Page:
Law would end driver’s license suspensions over unpaid fines

The Associated Press

BREMERTON — State lawmakers have proposed a measure that would prevent a driver’s license from being suspended if a person cannot pay or respond to a traffic ticket.

The measure sponsored by Democratic state Sen. Emily Randall would eliminate suspended licenses for those who are unable to pay off their traffic infractions, the Kitsap Sun reported Monday.

Currently, drivers who receive a traffic infraction can either pay the ticket or appear in court to contest it.

If the driver doesn’t pay or doesn’t contest the infraction in court, the state Department of Licensing can suspend the driver’s license and send the debt to a collections agency.

Those who continue to drive on their suspended license can be charged with a misdemeanor that can result in fines of up to $1,000 and 90 days in jail.

Twelve other states in the U.S. have enacted similar laws eliminating debt-based license suspension, including Oregon and California.

Suspended licenses account for about 33 percent of the prosecutorial caseload in Washington state, according to the state Legislature.

Opposing viewpoints

Proponents of the bill have said the existing law disproportionately affects the poor and people of color.

Nat Jacob, a public defender in the state, said the system forces low-income people into a cycle of poverty in which they fall further behind on paying off their debts.

“The current law doesn’t just disproportionately affect the poor, it exclusively affects the poor because it criminalizes conduct that has nothing to do with public safety and everything to do with a person’s ability to pay,” Jacob said at a public hearing on the bill earlier this month.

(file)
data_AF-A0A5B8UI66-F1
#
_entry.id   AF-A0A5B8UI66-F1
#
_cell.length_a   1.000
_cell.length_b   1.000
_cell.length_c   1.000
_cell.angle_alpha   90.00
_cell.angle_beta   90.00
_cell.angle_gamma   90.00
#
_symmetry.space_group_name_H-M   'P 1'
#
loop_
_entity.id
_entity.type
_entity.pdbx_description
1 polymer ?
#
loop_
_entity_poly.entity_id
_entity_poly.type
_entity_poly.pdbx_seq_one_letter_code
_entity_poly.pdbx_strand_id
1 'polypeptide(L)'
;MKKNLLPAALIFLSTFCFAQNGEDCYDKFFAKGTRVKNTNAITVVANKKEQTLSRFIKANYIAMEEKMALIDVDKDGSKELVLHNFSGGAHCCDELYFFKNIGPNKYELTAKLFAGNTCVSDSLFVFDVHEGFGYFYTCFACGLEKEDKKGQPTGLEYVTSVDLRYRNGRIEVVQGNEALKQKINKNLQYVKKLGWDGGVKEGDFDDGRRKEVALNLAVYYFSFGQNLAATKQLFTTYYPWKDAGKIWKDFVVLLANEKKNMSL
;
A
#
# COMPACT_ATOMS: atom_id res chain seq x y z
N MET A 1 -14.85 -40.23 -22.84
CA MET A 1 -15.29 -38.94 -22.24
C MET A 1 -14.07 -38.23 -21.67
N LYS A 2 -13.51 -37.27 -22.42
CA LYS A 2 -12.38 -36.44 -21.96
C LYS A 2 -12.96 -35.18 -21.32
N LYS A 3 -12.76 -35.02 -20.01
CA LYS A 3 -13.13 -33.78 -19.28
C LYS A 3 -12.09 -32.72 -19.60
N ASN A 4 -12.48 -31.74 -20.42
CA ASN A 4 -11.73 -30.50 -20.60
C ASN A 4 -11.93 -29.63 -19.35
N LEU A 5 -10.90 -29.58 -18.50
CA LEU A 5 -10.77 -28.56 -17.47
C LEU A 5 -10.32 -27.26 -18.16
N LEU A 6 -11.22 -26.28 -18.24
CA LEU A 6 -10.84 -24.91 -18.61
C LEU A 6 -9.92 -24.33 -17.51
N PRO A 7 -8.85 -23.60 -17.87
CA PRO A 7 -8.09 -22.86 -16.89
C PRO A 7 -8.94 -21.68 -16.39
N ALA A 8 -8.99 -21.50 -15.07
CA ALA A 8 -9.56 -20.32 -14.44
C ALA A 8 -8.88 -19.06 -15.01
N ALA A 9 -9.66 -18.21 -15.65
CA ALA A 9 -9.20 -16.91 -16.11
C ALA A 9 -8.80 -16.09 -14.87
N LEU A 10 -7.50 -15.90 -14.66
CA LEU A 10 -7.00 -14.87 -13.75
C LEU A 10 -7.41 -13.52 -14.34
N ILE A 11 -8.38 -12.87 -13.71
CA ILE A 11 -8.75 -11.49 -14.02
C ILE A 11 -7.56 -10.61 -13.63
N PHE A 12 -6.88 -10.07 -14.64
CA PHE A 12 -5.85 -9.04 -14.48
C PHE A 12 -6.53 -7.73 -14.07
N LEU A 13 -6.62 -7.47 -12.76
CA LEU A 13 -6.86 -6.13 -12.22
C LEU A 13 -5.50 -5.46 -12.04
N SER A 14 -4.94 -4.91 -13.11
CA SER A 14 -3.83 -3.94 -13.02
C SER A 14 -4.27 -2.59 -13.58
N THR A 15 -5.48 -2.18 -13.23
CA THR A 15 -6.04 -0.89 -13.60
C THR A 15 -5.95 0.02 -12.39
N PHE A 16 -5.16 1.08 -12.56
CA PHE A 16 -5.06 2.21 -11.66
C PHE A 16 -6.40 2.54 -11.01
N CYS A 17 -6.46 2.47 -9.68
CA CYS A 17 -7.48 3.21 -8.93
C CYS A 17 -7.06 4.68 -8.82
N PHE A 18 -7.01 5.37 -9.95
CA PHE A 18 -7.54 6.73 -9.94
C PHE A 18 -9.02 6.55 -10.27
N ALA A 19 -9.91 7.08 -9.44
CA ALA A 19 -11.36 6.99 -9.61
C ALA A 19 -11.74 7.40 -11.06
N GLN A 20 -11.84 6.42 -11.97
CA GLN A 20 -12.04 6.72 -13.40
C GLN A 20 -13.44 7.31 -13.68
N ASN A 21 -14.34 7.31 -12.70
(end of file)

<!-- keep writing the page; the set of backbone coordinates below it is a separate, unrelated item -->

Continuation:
Those opposed to the bill have said it prevents accountability and strips the incentives needed to make people pay for their traffic tickets, which would result in a decrease in revenue for the state.

“This bill removes all incentive for people to pay their fines, eliminating all personal accountability for violating traffic safety laws,” Kelsi Hamilton, with the Washington Collectors Association, said at the hearing. “Many violators only pay their fines if there’s a consequence related to nonpayment.”

More in News

Peninsula COVID-19 cases, infection rates reported

Sunday’s toll: 12 more in Clallam, none in Jefferson

Author Roshani Chokshi will speak on Wednesday.
NOLS hosting author talk online Wednesday

The North Olympic Library System will host a conversation… Continue reading

Drive-by chicken fundraiser

Orders must be received by Saturday, March 6 for the… Continue reading

No weekly flight operations scheduled

There will be no field carrier landing practice operations for… Continue reading

Book discussion groups available online

The North Olympic Library System will continue online book… Continue reading

Flags across the country were at half mast the past few days as the United States passed the dubious mark of half a million Americans having died of COVID-19. The flags at the Clallam County Courthouse were no exception as they fluttered in strong winds Tuesday at half staff. dlogan
Flags mark solemn remembrance

Flags across the country were at half staff part of this week… Continue reading

Sequim seeks input on redesign of downtown corner

Artists, surveys to help with public engagement

Sequim man dies after house fire

A Sequim man badly burned in a house fire Tuesday… Continue reading

Most Read